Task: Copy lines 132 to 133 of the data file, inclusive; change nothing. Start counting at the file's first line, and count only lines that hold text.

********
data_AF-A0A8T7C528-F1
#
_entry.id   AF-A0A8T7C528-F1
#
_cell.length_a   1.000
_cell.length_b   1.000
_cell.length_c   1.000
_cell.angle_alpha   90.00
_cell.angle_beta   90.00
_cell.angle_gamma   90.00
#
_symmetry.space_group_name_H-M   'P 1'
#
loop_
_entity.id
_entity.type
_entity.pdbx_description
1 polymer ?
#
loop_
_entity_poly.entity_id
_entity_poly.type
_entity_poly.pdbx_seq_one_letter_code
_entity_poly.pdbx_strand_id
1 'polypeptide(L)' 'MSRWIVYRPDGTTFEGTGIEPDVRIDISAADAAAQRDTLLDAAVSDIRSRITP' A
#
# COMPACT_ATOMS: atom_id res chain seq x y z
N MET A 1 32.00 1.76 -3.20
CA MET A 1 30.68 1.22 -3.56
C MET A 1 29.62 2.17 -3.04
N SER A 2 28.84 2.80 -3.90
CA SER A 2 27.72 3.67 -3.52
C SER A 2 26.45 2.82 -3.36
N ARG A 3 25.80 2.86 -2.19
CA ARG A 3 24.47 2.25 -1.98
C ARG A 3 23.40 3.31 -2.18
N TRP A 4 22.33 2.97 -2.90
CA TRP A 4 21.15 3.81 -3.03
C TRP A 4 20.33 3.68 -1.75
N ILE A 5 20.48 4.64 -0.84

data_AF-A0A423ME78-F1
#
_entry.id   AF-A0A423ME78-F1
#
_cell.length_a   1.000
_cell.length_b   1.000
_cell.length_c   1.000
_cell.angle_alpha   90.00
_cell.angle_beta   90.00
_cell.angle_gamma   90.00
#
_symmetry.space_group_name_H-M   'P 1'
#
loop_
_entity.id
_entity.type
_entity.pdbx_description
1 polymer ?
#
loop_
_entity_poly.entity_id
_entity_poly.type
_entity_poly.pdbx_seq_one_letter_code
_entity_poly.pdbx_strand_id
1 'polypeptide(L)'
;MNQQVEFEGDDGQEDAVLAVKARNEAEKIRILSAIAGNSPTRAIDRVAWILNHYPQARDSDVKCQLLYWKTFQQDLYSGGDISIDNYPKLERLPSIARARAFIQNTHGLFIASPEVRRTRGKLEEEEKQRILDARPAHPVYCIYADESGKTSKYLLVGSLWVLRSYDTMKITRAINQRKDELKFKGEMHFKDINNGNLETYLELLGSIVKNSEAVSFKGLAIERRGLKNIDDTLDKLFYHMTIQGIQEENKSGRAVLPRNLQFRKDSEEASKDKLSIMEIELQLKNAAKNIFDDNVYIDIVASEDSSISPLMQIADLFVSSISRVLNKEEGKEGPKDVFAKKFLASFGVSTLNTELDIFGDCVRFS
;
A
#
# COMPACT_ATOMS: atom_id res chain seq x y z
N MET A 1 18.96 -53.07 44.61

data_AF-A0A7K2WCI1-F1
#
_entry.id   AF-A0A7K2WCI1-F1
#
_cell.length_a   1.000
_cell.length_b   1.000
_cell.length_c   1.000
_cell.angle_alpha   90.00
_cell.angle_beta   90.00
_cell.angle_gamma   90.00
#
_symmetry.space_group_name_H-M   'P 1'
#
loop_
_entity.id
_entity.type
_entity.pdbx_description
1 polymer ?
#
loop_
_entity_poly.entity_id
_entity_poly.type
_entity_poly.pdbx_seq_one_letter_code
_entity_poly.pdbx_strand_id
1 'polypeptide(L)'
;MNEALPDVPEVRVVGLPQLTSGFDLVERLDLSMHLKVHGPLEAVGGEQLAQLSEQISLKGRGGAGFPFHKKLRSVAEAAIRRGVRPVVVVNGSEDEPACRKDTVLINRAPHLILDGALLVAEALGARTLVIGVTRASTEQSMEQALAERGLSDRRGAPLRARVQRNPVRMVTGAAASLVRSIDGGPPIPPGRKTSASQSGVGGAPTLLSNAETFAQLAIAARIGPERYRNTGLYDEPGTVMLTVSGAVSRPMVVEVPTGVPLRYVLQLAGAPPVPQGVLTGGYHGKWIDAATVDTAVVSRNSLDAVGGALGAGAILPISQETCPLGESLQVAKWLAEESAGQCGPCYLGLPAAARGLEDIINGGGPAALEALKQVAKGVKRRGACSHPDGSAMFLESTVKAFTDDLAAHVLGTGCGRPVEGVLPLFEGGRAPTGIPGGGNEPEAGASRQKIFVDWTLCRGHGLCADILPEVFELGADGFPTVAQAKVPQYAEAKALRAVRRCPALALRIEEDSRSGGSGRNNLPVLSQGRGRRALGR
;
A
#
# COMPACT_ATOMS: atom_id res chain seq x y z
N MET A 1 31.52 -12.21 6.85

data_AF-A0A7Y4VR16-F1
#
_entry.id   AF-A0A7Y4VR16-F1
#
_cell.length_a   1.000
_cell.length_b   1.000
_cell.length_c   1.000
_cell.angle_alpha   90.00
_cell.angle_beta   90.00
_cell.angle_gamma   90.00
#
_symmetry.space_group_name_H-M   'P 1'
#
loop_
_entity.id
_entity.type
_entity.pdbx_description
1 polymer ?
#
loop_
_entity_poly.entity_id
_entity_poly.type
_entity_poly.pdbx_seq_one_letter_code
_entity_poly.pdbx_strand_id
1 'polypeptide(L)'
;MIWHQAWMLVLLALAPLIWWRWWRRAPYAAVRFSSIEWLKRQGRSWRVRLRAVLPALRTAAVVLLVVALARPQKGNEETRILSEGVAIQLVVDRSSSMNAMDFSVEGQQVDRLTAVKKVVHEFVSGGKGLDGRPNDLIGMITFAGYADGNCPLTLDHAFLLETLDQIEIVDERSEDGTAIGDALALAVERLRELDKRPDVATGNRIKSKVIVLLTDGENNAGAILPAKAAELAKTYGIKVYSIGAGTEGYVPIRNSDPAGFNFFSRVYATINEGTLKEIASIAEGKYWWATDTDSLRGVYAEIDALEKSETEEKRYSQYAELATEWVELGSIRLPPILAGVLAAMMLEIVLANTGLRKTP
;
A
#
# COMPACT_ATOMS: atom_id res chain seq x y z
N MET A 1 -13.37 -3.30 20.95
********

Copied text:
# COMPACT_ATOMS: atom_id res chain seq x y z
N MET A 1 -13.37 -3.30 20.95